The Green Revolution is like the foreign aid debacle on steroids. As I'm sure you're aware, the idea of foreign aid, in it's current paradigm, in solving the problems of the poor, has basically been debunked.
And just like the fear that talk radio pundits and xenophobic politicians have about fundamentalists taking over in the wake of the middle-eastern and north African Revolutions, Monsanto (the fundamentalists fuck sticks) have taken over after the Green Revolution. And oh shit, are they doin a job.
So, yea, Borlaug did some nifty shit. Congrats on scientific achievement. If used though, hindsight is a wonderful thing. Imo, the green revolution isn't all it's proponents would like it to be. But, it's nearly impossible to fix a system with a view as narrow as the current one. I haven't figured out how to win a game that someone else has rigged.
Oh, as for the Nobel prize point, ever heard of Barrack Obama, Yassir Arafat and Henry Kissinger? Well, they all have Nobel prizes too, in the Peace category :lol: You can probably guess how much weight I give the Presidential Medal of Freedom.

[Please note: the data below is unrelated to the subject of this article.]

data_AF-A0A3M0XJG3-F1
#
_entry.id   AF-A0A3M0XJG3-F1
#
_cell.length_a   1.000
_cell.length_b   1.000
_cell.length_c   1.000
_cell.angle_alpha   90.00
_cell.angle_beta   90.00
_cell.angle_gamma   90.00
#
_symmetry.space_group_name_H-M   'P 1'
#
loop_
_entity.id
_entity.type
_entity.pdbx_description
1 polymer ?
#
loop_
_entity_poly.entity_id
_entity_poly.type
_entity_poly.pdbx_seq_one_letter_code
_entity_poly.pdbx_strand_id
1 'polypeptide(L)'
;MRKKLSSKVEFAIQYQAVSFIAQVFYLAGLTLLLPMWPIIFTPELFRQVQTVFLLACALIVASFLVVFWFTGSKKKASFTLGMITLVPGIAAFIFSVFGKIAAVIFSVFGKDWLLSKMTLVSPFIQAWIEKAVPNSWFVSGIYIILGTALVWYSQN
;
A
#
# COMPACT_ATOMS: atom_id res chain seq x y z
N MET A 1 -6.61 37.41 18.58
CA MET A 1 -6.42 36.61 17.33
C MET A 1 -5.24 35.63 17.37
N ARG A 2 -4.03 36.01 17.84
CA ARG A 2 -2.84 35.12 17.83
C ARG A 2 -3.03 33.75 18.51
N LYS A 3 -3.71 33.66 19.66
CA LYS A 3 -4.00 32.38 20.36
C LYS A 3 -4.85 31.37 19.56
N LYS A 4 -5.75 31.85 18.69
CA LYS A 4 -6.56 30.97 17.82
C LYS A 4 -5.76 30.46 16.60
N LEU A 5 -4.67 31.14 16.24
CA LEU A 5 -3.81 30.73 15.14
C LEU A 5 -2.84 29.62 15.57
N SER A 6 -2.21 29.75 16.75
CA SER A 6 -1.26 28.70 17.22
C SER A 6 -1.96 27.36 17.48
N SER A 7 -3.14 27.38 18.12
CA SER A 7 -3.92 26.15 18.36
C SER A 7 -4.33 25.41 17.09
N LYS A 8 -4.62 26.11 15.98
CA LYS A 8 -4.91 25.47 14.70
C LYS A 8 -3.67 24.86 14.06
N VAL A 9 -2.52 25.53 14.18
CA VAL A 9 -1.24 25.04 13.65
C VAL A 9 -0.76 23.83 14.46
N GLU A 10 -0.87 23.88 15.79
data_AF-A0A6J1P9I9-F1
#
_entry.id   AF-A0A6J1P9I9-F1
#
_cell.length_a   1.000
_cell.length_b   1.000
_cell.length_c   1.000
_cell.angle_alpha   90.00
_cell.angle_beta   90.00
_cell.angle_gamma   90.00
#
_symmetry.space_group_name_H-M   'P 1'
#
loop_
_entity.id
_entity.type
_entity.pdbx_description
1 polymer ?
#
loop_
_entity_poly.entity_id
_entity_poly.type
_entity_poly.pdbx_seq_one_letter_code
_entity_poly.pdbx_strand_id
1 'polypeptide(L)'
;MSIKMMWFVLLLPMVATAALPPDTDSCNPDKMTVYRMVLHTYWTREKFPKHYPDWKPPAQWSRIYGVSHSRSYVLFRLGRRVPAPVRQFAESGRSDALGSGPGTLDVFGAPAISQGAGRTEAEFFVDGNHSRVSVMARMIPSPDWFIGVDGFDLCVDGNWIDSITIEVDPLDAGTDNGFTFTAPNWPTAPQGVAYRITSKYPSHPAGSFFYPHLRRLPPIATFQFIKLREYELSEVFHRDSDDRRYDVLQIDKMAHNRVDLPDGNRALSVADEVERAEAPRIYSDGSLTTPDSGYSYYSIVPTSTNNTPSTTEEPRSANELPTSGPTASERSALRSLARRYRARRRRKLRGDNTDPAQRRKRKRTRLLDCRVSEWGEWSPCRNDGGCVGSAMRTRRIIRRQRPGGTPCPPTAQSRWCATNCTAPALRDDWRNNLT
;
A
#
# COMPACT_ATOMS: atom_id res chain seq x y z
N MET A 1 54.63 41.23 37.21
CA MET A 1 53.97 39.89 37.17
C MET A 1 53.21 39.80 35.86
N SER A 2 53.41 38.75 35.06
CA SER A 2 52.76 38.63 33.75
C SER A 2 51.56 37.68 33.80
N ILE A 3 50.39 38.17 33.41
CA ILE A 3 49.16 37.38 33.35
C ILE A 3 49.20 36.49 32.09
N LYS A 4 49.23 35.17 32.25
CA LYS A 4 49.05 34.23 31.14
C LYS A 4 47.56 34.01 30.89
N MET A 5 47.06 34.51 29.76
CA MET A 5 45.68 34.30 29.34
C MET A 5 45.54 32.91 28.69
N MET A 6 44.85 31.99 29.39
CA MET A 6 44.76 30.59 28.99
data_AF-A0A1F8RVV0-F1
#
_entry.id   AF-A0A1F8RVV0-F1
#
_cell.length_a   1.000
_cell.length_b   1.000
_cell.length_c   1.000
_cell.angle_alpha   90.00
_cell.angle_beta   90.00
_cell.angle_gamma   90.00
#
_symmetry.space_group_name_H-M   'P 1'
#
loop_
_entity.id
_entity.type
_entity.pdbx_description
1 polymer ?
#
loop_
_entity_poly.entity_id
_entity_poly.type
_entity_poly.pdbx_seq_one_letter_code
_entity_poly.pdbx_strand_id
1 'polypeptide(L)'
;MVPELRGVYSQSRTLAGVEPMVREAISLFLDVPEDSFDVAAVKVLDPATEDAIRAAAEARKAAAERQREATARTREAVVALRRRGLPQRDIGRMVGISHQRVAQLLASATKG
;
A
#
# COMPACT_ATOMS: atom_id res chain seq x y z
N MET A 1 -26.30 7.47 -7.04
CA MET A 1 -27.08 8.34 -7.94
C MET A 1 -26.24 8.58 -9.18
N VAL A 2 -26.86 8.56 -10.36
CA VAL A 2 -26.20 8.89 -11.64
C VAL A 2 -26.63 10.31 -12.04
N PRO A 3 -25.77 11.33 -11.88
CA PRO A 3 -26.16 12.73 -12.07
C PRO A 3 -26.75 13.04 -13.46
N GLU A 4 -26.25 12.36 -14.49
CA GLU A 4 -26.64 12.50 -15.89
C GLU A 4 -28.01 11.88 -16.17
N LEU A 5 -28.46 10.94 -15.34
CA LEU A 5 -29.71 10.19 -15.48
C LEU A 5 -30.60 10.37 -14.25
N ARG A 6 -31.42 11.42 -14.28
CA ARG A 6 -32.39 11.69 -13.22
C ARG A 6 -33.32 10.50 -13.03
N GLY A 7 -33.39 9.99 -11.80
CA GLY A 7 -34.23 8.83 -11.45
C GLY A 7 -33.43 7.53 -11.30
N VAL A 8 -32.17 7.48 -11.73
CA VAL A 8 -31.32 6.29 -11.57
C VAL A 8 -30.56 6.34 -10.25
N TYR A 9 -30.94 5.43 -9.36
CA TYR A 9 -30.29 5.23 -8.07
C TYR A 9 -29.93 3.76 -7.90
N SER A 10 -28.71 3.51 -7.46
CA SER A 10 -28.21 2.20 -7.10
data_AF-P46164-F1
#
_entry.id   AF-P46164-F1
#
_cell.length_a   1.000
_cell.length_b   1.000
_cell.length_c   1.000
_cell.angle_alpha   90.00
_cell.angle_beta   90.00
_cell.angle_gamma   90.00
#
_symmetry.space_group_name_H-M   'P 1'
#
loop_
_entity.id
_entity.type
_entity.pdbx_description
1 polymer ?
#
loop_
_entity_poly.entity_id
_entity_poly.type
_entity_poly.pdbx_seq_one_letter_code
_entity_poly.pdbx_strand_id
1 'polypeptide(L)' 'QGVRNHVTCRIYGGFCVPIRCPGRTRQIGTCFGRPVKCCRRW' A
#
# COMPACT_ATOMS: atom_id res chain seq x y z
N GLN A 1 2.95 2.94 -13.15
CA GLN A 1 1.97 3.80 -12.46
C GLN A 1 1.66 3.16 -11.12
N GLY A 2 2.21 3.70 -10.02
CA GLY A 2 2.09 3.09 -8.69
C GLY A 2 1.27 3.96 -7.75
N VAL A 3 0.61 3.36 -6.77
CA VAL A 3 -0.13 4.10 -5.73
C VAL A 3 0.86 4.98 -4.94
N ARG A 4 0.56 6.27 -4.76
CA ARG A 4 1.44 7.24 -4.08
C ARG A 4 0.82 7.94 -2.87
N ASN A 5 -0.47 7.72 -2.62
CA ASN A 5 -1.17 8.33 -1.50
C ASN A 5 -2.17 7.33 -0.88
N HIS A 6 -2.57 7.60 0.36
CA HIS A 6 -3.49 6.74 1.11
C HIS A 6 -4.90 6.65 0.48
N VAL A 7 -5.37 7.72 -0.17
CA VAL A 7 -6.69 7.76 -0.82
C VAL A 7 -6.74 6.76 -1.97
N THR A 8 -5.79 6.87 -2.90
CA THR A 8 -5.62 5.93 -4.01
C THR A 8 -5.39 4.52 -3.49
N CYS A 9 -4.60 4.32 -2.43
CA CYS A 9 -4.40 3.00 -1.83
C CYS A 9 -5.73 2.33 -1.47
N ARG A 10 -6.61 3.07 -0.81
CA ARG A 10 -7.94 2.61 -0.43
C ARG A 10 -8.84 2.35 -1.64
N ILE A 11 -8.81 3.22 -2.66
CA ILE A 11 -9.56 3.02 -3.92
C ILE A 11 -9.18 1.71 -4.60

Well crafted response, friend.
You basically touched on every possible criticism and moral/social implication of GMO's.
Yep yep, I wholeheartedly agree with the lot of it. I never wanted to discuss the merit of GMO's, or whether or not they should be practiced or advanced; I mostly just wanted to put in my two cents as far as the issue. In my eyes, it's not as much about the desires of the people making them or distributing them, and a lot more about an entirely complex set of variables that make predictions about their use and desirability pretty much useless.
I suppose I also just wanted to mention Borlaug 'cause I've talked to him a few times and he seemed to me the epitome of humility and scientific genius. I didn't even know who he was until I saw him on the news after his death. I figure when GMO's get talked about, it's only appropriate that his name is at least somewhere in the discussion.
::EDIT::
As far as a nobel prize goes, I couldn't have said it better myself. While Borlaug may live on through his achievements and decorations, many of them were made a lot less meaningful as more and more people got 'em that shouldn't have.--- Peace prize what?

Edited by eatyualive, 03 November 2011 - 08:24 PM.
politics


#16 Calaquendi

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Posted 19 October 2011 - 10:37 PM

...If you can't beat 'em join em?

Naw...these people will smoke a turd in Hell for these transgressions.

All one can do in these instances is basically Hail Satan...

So, Hail Satan. :evil:

Edited by Calaquendi, 19 October 2011 - 10:43 PM.


#17 Jawn

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Posted 19 October 2011 - 11:25 PM